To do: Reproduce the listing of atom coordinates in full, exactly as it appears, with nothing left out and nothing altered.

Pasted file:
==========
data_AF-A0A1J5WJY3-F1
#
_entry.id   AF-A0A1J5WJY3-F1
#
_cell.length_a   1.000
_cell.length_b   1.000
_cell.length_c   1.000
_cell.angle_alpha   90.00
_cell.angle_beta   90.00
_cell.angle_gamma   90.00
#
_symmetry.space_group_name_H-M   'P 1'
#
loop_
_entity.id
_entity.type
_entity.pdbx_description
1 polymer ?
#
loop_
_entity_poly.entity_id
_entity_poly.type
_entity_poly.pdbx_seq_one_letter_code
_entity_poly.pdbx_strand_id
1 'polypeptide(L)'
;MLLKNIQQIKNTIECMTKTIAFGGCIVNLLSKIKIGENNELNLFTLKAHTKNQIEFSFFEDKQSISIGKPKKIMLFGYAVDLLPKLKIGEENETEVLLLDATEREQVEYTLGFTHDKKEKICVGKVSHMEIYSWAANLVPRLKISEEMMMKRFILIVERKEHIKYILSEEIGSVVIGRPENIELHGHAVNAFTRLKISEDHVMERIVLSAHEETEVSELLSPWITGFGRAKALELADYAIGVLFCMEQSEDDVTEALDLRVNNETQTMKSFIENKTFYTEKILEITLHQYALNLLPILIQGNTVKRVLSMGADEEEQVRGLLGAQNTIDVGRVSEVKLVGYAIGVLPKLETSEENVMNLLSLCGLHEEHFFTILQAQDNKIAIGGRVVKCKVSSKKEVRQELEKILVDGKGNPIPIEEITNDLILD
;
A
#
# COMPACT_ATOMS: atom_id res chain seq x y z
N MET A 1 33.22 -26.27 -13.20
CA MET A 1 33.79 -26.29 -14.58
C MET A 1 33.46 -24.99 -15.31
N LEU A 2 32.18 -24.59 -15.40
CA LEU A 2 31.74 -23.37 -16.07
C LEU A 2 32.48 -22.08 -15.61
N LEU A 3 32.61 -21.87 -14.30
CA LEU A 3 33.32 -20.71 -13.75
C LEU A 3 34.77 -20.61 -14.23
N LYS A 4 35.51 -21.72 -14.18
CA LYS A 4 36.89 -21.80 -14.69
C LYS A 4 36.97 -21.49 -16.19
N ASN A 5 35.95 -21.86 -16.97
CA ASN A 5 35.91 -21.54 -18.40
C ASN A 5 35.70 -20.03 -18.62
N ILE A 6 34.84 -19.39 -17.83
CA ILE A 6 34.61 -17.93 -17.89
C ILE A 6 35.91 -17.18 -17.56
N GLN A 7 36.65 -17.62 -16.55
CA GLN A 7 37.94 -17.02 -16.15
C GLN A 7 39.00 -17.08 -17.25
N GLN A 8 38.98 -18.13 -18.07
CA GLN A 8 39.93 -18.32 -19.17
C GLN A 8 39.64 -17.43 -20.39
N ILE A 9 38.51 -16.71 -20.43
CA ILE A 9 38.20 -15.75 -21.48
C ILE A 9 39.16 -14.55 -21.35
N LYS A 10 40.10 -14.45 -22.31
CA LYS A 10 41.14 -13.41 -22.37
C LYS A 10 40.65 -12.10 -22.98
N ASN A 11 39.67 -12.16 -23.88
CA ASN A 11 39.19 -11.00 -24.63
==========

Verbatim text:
data_AF-A0A1J5WJY3-F1
#
_entry.id   AF-A0A1J5WJY3-F1
#
_cell.length_a   1.000
_cell.length_b   1.000
_cell.length_c   1.000
_cell.angle_alpha   90.00
_cell.angle_beta   90.00
_cell.angle_gamma   90.00
#
_symmetry.space_group_name_H-M   'P 1'
#
loop_
_entity.id
_entity.type
_entity.pdbx_description
1 polymer ?
#
loop_
_entity_poly.entity_id
_entity_poly.type
_entity_poly.pdbx_seq_one_letter_code
_entity_poly.pdbx_strand_id
1 'polypeptide(L)'
;MLLKNIQQIKNTIECMTKTIAFGGCIVNLLSKIKIGENNELNLFTLKAHTKNQIEFSFFEDKQSISIGKPKKIMLFGYAVDLLPKLKIGEENETEVLLLDATEREQVEYTLGFTHDKKEKICVGKVSHMEIYSWAANLVPRLKISEEMMMKRFILIVERKEHIKYILSEEIGSVVIGRPENIELHGHAVNAFTRLKISEDHVMERIVLSAHEETEVSELLSPWITGFGRAKALELADYAIGVLFCMEQSEDDVTEALDLRVNNETQTMKSFIENKTFYTEKILEITLHQYALNLLPILIQGNTVKRVLSMGADEEEQVRGLLGAQNTIDVGRVSEVKLVGYAIGVLPKLETSEENVMNLLSLCGLHEEHFFTILQAQDNKIAIGGRVVKCKVSSKKEVRQELEKILVDGKGNPIPIEEITNDLILD
;
A
#
# COMPACT_ATOMS: atom_id res chain seq x y z
N MET A 1 33.22 -26.27 -13.20
CA MET A 1 33.79 -26.29 -14.58
C MET A 1 33.46 -24.99 -15.31
N LEU A 2 32.18 -24.59 -15.40
CA LEU A 2 31.74 -23.37 -16.07
C LEU A 2 32.48 -22.08 -15.61
N LEU A 3 32.61 -21.87 -14.30
CA LEU A 3 33.32 -20.71 -13.75
C LEU A 3 34.77 -20.61 -14.23
N LYS A 4 35.51 -21.72 -14.18
CA LYS A 4 36.89 -21.80 -14.69
C LYS A 4 36.97 -21.49 -16.19
N ASN A 5 35.95 -21.86 -16.97
CA ASN A 5 35.91 -21.54 -18.40
C ASN A 5 35.70 -20.03 -18.62
N ILE A 6 34.84 -19.39 -17.83
CA ILE A 6 34.61 -17.93 -17.89
C ILE A 6 35.91 -17.18 -17.56
N GLN A 7 36.65 -17.62 -16.55
CA GLN A 7 37.94 -17.02 -16.15
C GLN A 7 39.00 -17.08 -17.25
N GLN A 8 38.98 -18.13 -18.07
CA GLN A 8 39.93 -18.32 -19.17
C GLN A 8 39.64 -17.43 -20.39
N ILE A 9 38.51 -16.71 -20.43
CA ILE A 9 38.20 -15.75 -21.48
C ILE A 9 39.16 -14.55 -21.35
N LYS A 10 40.10 -14.45 -22.31
CA LYS A 10 41.14 -13.41 -22.37
C LYS A 10 40.65 -12.10 -22.98
N ASN A 11 39.67 -12.16 -23.88
CA ASN A 11 39.19 -11.00 -24.63